Food standards authorities have approved plans for mandatory pregnancy risk warning labels which could cost brewers $100 million, and the alcohol industry as a whole $400 million.
Food Standards Australia New Zealand (FSANZ) published a report yesterday approving requirements for a pregnancy warning label on alcohol containers in Australia and New Zealand.
It will make it compulsory for packaged alcoholic beverages to include a FSANZ-designed label, which is different from the voluntary label currently being used by the majority of the industry.
Since 2011, the alcohol industry has implemented a voluntary pregnancy warning labelling scheme.
However the move by FSANZ has been prompted by reports in recent years which found that while industry uptake of the warning label was increasing, there continued to be “low uptake in some product categories”.
“The updated consideration of costs and benefits concludes relatively few annual cases of FASD need to be avoided or reduced in severity to justify industry costs of incorporating the warning label,” Food Standards said in the report released yesterday to justify the move, which has been heavily criticised by the industry.
Ministers have 60 days to request a review of the decision to amend the Australia New Zealand Food Standards Code.
If it is not reviewed, the amendment will become law, and there will be a two-year transition towards the labelling.
The announcement has been met with dismay across the alcohol sector.
IBA chair Peter Philip said that it was “extremely disappointing” that Food Standards ignored the brewing industry’s submissions during the October 2019 consultation.
“It’s got nothing to do with not being supportive of the objective. But you have an industry-wide health warning that’s trying to change the behaviour of the 1.2 per cent of women who still drink while pregnant,” he told Brews News, referring to the proportion of women who do not cut down or abstain from alcohol altogether during pregnancy, according to FSANZ statistics.
“The disappointing thing is that the size and the extreme nature of the health warning that they are now mandating is going to diminish the effectiveness of the other information on the packaging.
“For instance, the number of standard drinks affects every person. It’s something everyone should be aware of, and all the available research says that’s important.”
Philip explained that while the alcohol industry is very supportive of measures to reduce harm caused by alcohol, and in this particular case fetal alcohol spectrum disorders (FASDs), the requirements of the amendments were disproportionate to its aims.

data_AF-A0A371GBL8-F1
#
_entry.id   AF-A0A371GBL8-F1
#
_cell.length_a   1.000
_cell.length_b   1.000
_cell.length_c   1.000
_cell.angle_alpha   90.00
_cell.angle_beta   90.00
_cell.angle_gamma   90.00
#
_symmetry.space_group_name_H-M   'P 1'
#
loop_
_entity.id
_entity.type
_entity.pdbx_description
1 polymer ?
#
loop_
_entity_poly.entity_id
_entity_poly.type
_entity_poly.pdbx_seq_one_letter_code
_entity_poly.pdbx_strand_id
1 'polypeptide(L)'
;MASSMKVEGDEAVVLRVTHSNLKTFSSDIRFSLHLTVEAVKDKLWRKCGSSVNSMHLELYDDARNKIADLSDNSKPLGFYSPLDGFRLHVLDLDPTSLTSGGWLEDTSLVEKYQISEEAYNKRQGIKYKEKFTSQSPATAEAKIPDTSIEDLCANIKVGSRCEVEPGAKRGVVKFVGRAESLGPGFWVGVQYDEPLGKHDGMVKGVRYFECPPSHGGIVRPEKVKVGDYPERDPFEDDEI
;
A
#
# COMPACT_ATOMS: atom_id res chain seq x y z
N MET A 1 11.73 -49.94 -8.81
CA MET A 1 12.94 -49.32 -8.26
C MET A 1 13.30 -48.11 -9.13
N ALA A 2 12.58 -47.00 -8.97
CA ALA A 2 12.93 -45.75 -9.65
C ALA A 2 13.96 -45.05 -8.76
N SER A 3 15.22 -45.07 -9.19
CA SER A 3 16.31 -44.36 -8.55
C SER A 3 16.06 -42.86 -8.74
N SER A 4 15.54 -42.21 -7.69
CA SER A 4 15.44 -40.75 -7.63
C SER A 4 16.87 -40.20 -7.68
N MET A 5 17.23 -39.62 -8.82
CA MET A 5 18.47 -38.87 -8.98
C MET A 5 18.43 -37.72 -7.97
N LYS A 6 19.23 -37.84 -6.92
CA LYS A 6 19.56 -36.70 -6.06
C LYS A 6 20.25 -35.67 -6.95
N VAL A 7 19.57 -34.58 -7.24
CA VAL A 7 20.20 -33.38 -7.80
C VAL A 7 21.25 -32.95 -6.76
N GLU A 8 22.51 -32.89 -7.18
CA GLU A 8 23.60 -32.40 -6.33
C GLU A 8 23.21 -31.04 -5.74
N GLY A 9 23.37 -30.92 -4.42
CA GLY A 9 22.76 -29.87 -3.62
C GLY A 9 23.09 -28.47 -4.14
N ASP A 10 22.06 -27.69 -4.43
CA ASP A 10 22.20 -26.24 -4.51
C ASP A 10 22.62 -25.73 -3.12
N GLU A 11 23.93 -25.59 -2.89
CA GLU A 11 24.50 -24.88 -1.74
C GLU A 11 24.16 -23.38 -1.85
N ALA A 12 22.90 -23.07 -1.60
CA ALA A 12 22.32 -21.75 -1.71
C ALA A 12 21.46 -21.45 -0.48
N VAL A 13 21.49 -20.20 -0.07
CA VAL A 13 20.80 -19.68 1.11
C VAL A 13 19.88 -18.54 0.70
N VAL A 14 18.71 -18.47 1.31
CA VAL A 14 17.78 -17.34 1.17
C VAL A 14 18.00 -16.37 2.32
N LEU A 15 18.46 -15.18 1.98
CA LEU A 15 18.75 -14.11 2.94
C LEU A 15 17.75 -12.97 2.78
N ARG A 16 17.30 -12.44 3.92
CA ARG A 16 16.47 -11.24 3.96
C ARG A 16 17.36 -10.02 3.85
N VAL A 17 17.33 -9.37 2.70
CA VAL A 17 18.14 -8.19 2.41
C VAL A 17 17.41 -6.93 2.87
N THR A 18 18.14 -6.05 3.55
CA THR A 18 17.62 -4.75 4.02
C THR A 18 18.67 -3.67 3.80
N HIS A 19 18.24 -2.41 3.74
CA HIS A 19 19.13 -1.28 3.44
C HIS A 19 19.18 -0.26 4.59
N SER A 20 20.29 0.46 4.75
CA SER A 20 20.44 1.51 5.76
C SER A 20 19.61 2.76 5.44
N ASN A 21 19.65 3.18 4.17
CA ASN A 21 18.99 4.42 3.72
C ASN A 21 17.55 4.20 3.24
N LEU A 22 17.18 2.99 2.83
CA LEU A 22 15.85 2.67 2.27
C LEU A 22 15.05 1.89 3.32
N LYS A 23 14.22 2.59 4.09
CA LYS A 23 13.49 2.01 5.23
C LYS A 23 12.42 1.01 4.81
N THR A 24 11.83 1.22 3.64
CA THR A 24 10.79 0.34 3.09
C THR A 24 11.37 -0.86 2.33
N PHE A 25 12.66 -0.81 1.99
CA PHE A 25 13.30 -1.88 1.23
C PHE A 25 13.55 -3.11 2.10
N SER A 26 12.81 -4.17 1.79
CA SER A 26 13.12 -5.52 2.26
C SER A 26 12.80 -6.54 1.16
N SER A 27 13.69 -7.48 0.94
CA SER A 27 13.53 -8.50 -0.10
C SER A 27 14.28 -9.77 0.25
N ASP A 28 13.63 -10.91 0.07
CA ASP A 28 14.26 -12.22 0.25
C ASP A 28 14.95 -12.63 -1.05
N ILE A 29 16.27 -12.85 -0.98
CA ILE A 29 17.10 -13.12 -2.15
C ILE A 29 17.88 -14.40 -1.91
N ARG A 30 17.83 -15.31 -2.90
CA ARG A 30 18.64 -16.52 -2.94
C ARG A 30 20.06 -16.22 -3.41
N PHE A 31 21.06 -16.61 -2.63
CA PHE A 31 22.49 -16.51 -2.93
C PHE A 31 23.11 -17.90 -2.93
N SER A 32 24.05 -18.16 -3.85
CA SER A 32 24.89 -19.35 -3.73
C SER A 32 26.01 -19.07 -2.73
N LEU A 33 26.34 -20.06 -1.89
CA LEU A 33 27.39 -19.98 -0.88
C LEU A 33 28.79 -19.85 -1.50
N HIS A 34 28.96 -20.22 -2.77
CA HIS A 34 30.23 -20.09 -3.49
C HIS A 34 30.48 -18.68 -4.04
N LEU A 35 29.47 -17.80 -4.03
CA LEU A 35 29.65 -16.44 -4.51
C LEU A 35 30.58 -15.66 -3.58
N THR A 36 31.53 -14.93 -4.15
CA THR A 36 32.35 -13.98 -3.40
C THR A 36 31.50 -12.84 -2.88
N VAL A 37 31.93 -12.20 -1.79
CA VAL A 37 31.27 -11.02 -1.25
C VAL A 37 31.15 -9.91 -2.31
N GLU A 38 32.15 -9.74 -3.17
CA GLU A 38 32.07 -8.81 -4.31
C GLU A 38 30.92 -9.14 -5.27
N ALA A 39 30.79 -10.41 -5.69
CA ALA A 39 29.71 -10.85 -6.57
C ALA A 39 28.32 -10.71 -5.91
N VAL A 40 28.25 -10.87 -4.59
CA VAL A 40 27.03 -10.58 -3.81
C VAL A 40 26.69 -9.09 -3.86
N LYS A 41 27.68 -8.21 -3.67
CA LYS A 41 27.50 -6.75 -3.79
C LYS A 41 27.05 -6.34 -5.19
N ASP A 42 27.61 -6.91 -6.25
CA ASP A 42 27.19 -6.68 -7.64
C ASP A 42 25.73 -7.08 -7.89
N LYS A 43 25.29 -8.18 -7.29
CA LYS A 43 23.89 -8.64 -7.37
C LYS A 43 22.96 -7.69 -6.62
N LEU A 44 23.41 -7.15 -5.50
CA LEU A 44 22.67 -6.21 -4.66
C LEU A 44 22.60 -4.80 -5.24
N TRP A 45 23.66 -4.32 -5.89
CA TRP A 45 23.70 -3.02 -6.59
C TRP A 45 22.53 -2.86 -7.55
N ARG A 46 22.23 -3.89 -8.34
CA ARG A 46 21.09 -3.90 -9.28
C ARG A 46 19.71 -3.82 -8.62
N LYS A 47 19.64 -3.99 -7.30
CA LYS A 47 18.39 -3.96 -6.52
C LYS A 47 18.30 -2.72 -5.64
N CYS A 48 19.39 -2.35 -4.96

“They’re forcing us to spend a massive amount of money to attack a problem that even by their own admission is a problem for a very small segment of the marketplace,” he said.
“It will cost the brewing industry alone $100 million over the next ten years, and the wider alcohol industry $400 million. That’s hundreds of millions that would otherwise be spent on creating jobs, expansion and investment.
“The industry went back and pointed out all this out and they’ve completely ignored that advice.”
He said that the IBA would be communicating with its members actions they can take.
“We will be going to our members and recommending they tell people about this, point out the wastefulness of FSANZ‘s actions, and advise them to go to their local politicians.
“We’ll be putting out information to our members to share with the public that ultimately this is increasing the price of beer for consumers.
“We can’t afford to swallow $100 million in costs. Our members are small businesses and in many cases are doing it tough, and they will have to pass this one on.
“We’re supportive of having labelling and no one is pushing back, but this is a completely disproportionate response.”
The Alcohol Beverages Australia lobby group called the decision by FSANZ “short-sighted”.
CEO Andrew Wilsmore said it was a “bitter disappointment” and that the move will impose costs of at least $400 million on the alcohol industry as a whole.
A study by PwC in 2008 commissioned by FSANZ itself found that there would be an average cost of between $9,000 to $10,000 for a major label change.
“The Food Forum Ministers can request a review of the FSANZ decision and the industry is calling upon the Ministers to reject the proposal,” a spokeswoman for ABA told Brews News.
“The point is that we don’t think that health outcomes will be improved by changing the labels – we already know that women have high awareness about the risks of drinking while pregnant. The industry wants to adopt the current labelling and make that mandatory.”
Requirements for the label include:
- Use of the colour red instead of the specific Pantone 485 red colour for the circle and strike-through of the pictogram and signal words
- Revising the warning statement to ‘Alcohol can cause lifelong harm to your baby’ from ‘Any amount of alcohol can harm your baby’.
- A minimum label size is specified for different beverage volumes and types of packages. For packaged alcoholic beverages of 200 ml or less the pictogram only is required.